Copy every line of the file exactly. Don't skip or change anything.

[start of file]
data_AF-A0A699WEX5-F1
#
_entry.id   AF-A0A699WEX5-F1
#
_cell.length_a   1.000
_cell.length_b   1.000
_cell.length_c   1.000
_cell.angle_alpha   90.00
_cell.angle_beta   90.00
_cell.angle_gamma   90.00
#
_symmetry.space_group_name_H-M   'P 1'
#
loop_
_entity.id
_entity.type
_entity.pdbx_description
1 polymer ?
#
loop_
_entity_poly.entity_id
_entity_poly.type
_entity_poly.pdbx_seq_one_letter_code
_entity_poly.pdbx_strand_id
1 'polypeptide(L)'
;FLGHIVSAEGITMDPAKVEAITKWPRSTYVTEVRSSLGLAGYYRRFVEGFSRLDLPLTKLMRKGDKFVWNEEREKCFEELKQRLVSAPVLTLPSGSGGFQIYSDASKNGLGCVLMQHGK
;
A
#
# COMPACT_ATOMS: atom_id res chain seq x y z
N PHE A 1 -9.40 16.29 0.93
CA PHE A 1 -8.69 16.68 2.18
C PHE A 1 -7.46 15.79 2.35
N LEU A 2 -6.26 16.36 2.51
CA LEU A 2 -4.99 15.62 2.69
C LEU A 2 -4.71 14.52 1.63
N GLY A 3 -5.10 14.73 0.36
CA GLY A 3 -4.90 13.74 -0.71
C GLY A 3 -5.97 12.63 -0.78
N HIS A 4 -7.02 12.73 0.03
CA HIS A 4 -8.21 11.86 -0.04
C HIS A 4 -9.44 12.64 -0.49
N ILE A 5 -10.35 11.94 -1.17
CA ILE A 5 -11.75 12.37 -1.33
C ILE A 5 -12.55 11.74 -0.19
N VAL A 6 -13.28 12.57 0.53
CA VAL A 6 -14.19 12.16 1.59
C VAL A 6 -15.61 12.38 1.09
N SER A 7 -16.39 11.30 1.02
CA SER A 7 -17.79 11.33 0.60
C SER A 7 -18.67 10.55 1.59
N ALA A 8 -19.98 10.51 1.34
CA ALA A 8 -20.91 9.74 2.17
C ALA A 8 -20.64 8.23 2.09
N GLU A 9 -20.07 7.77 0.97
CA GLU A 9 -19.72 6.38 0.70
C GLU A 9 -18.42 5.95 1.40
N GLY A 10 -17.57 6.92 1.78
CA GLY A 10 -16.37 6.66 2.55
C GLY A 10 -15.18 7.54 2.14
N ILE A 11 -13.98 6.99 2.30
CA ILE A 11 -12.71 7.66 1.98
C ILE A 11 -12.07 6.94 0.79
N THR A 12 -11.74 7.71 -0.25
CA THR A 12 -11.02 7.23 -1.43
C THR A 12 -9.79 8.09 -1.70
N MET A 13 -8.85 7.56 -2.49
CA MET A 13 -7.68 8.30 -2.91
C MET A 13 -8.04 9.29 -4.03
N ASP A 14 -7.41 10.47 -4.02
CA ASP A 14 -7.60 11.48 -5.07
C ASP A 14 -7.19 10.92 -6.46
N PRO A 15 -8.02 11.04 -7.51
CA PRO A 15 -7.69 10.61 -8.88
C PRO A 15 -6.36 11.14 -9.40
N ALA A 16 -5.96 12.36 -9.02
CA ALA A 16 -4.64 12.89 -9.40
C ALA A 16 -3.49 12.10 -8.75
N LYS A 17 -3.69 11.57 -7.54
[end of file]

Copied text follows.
data_AF-A0A699WEX5-F1
#
_entry.id   AF-A0A699WEX5-F1
#
_cell.length_a   1.000
_cell.length_b   1.000
_cell.length_c   1.000
_cell.angle_alpha   90.00
_cell.angle_beta   90.00
_cell.angle_gamma   90.00
#
_symmetry.space_group_name_H-M   'P 1'
#
loop_
_entity.id
_entity.type
_entity.pdbx_description
1 polymer ?
#
loop_
_entity_poly.entity_id
_entity_poly.type
_entity_poly.pdbx_seq_one_letter_code
_entity_poly.pdbx_strand_id
1 'polypeptide(L)'
;FLGHIVSAEGITMDPAKVEAITKWPRSTYVTEVRSSLGLAGYYRRFVEGFSRLDLPLTKLMRKGDKFVWNEEREKCFEELKQRLVSAPVLTLPSGSGGFQIYSDASKNGLGCVLMQHGK
;
A
#
# COMPACT_ATOMS: atom_id res chain seq x y z
N PHE A 1 -9.40 16.29 0.93
CA PHE A 1 -8.69 16.68 2.18
C PHE A 1 -7.46 15.79 2.35
N LEU A 2 -6.26 16.36 2.51
CA LEU A 2 -4.99 15.62 2.69
C LEU A 2 -4.71 14.52 1.63
N GLY A 3 -5.10 14.73 0.36
CA GLY A 3 -4.90 13.74 -0.71
C GLY A 3 -5.97 12.63 -0.78
N HIS A 4 -7.02 12.73 0.03
CA HIS A 4 -8.21 11.86 -0.04
C HIS A 4 -9.44 12.64 -0.49
N ILE A 5 -10.35 11.94 -1.17
CA ILE A 5 -11.75 12.37 -1.33
C ILE A 5 -12.55 11.74 -0.19
N VAL A 6 -13.28 12.57 0.53
CA VAL A 6 -14.19 12.16 1.59
C VAL A 6 -15.61 12.38 1.09
N SER A 7 -16.39 11.30 1.02
CA SER A 7 -17.79 11.33 0.60
C SER A 7 -18.67 10.55 1.59
N ALA A 8 -19.98 10.51 1.34
CA ALA A 8 -20.91 9.74 2.17
C ALA A 8 -20.64 8.23 2.09
N GLU A 9 -20.07 7.77 0.97
CA GLU A 9 -19.72 6.38 0.70
C GLU A 9 -18.42 5.95 1.40
N GLY A 10 -17.57 6.92 1.78
CA GLY A 10 -16.37 6.66 2.55
C GLY A 10 -15.18 7.54 2.14
N ILE A 11 -13.98 6.99 2.30
CA ILE A 11 -12.71 7.66 1.98
C ILE A 11 -12.07 6.94 0.79
N THR A 12 -11.74 7.71 -0.25
CA THR A 12 -11.02 7.23 -1.43
C THR A 12 -9.79 8.09 -1.70
N MET A 13 -8.85 7.56 -2.49
CA MET A 13 -7.68 8.30 -2.91
C MET A 13 -8.04 9.29 -4.03
N ASP A 14 -7.41 10.47 -4.02
CA ASP A 14 -7.60 11.48 -5.07
C ASP A 14 -7.19 10.92 -6.46
N PRO A 15 -8.02 11.04 -7.51
CA PRO A 15 -7.69 10.61 -8.88
C PRO A 15 -6.36 11.14 -9.40
N ALA A 16 -5.96 12.36 -9.02
CA ALA A 16 -4.64 12.89 -9.40
C ALA A 16 -3.49 12.10 -8.75
N LYS A 17 -3.69 11.57 -7.54